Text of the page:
‘In this masterful chronicle of Turkey, Genç sketches extraordinary lives in an extraordinary time. Intimate, intelligent, detailed, full of life: It will become a classic’—Andrew Sean Greer, author of Less and winner of 2018 Pulitzer Prize in Fiction
‘The brilliant Kaya Genç returns again to examine modern Turkey with his blend of deep historical learning, on-the-ground reporting, and hard-won, convention-defying nuance’ —Molly Crabapple, contributor to The New York Review of Books and author of Drawing Blood
‘Kaya Genç is that rare beast: a freely operating Turkish writer… who is able to give you an eye-level view of what is happening in Turkey right now’ —Christopher de Bellaigue, contributor to The New York Review of Books and author of The Islamic Enlightenment
‘His interview with an octogenarian ex-bookshop owner is a fascinating sweep of Turkish history… Genç writes well about his own past, in particular his adolescent obsession with Marxism, which usefully grounds Turkish current affairs in the context of the past couple of decades and explains the attraction of extreme politics to the country’s youth’ —The Times Literary Supplement
‘In this uneasy exploration of life under the authoritarian rule of President Recep Tayyip Erdogan, Genc chisels away at the cracks in the Turkish psyche – the gap between the public and the private, between the liberals and the conservatives, between longing for freedom and the attraction of safety promised by the strongman’ —The Sydney Morning Herald
‘Explores Turkey’s conflicted soul’ —Index on Censorship
‘Whether he’s putting us in the shoes of Binevş, a Kurdish cleaner, or Özge Ersoy, a Turkish curator living in Hong Kong, Genç conveys the on-the-ground experience with great empathetic clarity. The Lion and the Nightingale reminds us that, now more than ever, anything that clouds our vision – be it ignorance, credulity, cliché, fluff, propaganda, the silencing of journalists, fake news, romanticism – must be urgently dissipated.’ —The Culture Trip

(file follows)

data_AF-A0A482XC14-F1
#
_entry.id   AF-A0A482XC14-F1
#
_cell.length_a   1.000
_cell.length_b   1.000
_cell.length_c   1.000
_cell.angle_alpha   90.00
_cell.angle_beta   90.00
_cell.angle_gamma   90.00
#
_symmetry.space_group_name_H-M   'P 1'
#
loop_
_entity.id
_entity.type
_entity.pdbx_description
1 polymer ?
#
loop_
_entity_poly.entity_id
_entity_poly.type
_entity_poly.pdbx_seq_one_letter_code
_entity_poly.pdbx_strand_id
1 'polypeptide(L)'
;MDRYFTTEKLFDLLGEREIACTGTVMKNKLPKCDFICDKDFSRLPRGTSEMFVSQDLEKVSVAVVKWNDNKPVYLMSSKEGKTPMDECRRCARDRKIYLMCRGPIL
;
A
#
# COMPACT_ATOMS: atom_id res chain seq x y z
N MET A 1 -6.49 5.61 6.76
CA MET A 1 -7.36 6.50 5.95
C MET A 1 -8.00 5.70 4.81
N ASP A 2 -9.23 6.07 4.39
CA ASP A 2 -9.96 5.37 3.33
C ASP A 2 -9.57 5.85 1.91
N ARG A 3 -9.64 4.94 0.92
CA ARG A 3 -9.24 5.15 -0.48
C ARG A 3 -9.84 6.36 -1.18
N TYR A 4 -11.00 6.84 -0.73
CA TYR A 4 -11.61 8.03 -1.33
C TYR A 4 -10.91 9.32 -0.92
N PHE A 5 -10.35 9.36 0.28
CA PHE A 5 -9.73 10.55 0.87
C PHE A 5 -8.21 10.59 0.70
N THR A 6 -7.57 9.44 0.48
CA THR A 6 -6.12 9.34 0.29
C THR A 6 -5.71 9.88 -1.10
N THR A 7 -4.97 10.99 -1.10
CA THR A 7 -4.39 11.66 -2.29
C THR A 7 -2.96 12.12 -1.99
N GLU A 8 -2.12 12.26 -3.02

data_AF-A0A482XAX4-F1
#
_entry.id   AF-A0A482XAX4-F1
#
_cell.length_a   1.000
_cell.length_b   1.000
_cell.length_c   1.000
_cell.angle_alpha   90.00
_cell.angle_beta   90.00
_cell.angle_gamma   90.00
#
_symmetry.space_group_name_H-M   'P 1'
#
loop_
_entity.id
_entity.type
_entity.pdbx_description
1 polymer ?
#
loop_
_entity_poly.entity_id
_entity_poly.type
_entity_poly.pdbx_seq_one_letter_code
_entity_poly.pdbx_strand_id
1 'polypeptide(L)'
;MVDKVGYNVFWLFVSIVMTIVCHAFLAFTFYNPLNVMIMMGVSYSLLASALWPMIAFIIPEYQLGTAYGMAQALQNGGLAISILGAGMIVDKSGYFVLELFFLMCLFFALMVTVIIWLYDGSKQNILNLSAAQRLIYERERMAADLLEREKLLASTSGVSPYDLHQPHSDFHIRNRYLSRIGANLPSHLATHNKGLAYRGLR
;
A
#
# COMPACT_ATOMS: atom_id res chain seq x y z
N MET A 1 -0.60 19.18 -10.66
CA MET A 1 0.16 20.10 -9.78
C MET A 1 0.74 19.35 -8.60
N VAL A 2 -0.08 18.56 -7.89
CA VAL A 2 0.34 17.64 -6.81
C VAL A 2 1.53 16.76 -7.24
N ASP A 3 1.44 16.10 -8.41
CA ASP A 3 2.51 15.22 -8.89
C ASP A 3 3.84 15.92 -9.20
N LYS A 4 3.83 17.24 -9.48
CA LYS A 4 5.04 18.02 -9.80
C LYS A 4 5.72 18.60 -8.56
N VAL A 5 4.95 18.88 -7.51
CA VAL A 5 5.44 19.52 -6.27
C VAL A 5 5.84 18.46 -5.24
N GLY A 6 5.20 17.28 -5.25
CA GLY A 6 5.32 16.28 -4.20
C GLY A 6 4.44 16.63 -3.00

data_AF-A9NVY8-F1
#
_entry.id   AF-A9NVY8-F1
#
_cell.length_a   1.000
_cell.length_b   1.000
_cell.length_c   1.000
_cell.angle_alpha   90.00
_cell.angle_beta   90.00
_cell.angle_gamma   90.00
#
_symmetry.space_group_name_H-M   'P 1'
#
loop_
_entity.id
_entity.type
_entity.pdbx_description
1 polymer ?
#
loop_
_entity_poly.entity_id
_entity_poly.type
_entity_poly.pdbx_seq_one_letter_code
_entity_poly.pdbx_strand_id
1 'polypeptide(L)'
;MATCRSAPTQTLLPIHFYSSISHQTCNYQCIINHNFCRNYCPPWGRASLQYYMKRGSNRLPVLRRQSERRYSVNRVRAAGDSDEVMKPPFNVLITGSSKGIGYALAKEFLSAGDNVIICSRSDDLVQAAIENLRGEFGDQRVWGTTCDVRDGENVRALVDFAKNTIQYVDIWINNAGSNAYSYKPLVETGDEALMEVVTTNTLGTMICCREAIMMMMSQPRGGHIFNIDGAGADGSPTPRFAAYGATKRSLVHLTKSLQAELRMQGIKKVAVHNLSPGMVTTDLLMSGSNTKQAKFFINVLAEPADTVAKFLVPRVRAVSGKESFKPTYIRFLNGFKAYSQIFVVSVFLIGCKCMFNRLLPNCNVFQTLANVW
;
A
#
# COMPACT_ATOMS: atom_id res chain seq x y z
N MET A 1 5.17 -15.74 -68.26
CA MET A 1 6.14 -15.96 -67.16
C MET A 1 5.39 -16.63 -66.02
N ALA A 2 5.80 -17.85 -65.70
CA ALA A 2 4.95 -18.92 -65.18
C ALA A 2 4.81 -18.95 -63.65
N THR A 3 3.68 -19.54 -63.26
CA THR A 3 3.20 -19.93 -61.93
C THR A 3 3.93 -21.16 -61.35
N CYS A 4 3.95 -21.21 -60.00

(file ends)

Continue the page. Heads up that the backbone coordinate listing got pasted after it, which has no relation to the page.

‘The enigma which is Turkey is quite brilliantly explored in this fascinating, indeed poetic, treatment by an author who uses a mixture of interviews, autobiography and reflection to chronicle ‘the awkwardness of the New Turkey’… Genç is an accomplished novelist and essayist of international repute who gives us a lucid account of extraordinary times. He is also a juggler of paradoxes, an assailer of conventional wisdoms and a challenger of foolish optimism. For students and politicians of the European political scene this volume is a unique meditation on a key and on-going problem of international import’ —Journal of Contemporary European Studies
‘In The Lion and the Nightingale Genç treads familiar ground through a different method, using artistic license to see the world through his protagonists’ eyes… As a book about Turkey, there is no shortage of interesting characters and we are introduced to most of them through a brooding style – it is, after all, a narrative about post-coup-attempt Turkey… Genç is very good at picking up on loose ends that Turkey seems to leave laying around through rapid succession. The Lion and the Nightingale operates like an almanac. It takes a longer view of things – longer than our social media trained minds have almost ceased to process. It helps us look back to, if not discover a pattern, to see what bits of the stories that we have been consuming since 2017 have the most relevance today. This taking stock is a precious exercise, if for nothing than for a tentative measure to understand which of the stories we are exposed to today will be the defining features of tomorrow’—Daily Sabah
‘His book is artistically visiting the aftermath of the attempted military coup. Genç has found a way to immortalize what he believes was his nation’s survival over violence’—TRT World
Amazon best-seller in Middle Eastern Literary Criticism section
Turkey is a land torn between East and West, and between its glorious past and a dangerous, unpredictable future. After the violence of an attempted military coup against President Erdogan in 2016, an event which shocked the world, journalist and novelist Kaya Genç travelled around his country on a quest to find the places and people in whom the contrasts of Turkey’s rich past meet. As suicide bombers attack Istanbul, and journalists and teachers are imprisoned, he walks the streets of the famous Ottoman neighborhoods, telling the stories of the ordinary Turks who live among the contradictions and conflicts of Anatolia, one of the world’s oldest civilizations. The Lion and the Nightingale presents the spellbinding story of a country whose history has been split between East and West, between violence and beauty – between the roar of the lion and the song of the nightingale.
Weaving together a mixture of memoir, interview and his own autobiography, Genç takes the reader on a contemporary journey through the contradictory soul of the Turkish nation.